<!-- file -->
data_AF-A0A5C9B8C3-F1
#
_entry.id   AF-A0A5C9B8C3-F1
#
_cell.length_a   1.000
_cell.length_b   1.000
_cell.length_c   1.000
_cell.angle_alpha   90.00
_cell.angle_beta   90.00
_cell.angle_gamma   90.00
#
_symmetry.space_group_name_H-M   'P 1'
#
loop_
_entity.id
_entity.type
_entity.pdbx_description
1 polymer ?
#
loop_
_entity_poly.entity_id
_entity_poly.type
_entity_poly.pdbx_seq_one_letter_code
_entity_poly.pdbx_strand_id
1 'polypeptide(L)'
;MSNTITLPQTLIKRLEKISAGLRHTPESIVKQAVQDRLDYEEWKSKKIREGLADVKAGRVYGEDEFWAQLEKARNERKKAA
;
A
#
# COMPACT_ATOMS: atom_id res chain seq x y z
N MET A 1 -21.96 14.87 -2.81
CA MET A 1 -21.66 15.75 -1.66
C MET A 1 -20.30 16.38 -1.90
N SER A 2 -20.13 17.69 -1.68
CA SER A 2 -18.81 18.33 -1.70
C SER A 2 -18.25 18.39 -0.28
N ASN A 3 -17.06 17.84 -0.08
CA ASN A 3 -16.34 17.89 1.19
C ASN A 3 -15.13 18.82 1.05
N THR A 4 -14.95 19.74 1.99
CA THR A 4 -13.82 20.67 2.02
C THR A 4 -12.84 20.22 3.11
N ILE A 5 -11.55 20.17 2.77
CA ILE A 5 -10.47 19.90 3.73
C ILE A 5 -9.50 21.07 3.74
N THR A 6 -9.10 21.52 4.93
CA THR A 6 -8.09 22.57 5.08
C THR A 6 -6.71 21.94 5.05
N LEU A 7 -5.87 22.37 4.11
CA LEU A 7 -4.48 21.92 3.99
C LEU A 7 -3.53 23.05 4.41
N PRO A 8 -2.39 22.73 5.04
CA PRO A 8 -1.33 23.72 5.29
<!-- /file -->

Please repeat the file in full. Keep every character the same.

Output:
data_AF-A0A5C9B8C3-F1
#
_entry.id   AF-A0A5C9B8C3-F1
#
_cell.length_a   1.000
_cell.length_b   1.000
_cell.length_c   1.000
_cell.angle_alpha   90.00
_cell.angle_beta   90.00
_cell.angle_gamma   90.00
#
_symmetry.space_group_name_H-M   'P 1'
#
loop_
_entity.id
_entity.type
_entity.pdbx_description
1 polymer ?
#
loop_
_entity_poly.entity_id
_entity_poly.type
_entity_poly.pdbx_seq_one_letter_code
_entity_poly.pdbx_strand_id
1 'polypeptide(L)'
;MSNTITLPQTLIKRLEKISAGLRHTPESIVKQAVQDRLDYEEWKSKKIREGLADVKAGRVYGEDEFWAQLEKARNERKKAA
;
A
#
# COMPACT_ATOMS: atom_id res chain seq x y z
N MET A 1 -21.96 14.87 -2.81
CA MET A 1 -21.66 15.75 -1.66
C MET A 1 -20.30 16.38 -1.90
N SER A 2 -20.13 17.69 -1.68
CA SER A 2 -18.81 18.33 -1.70
C SER A 2 -18.25 18.39 -0.28
N ASN A 3 -17.06 17.84 -0.08
CA ASN A 3 -16.34 17.89 1.19
C ASN A 3 -15.13 18.82 1.05
N THR A 4 -14.95 19.74 1.99
CA THR A 4 -13.82 20.67 2.02
C THR A 4 -12.84 20.22 3.11
N ILE A 5 -11.55 20.17 2.77
CA ILE A 5 -10.47 19.90 3.73
C ILE A 5 -9.50 21.07 3.74
N THR A 6 -9.10 21.52 4.93
CA THR A 6 -8.09 22.57 5.08
C THR A 6 -6.71 21.94 5.05
N LEU A 7 -5.87 22.37 4.11
CA LEU A 7 -4.48 21.92 3.99
C LEU A 7 -3.53 23.05 4.41
N PRO A 8 -2.39 22.73 5.04
CA PRO A 8 -1.33 23.72 5.29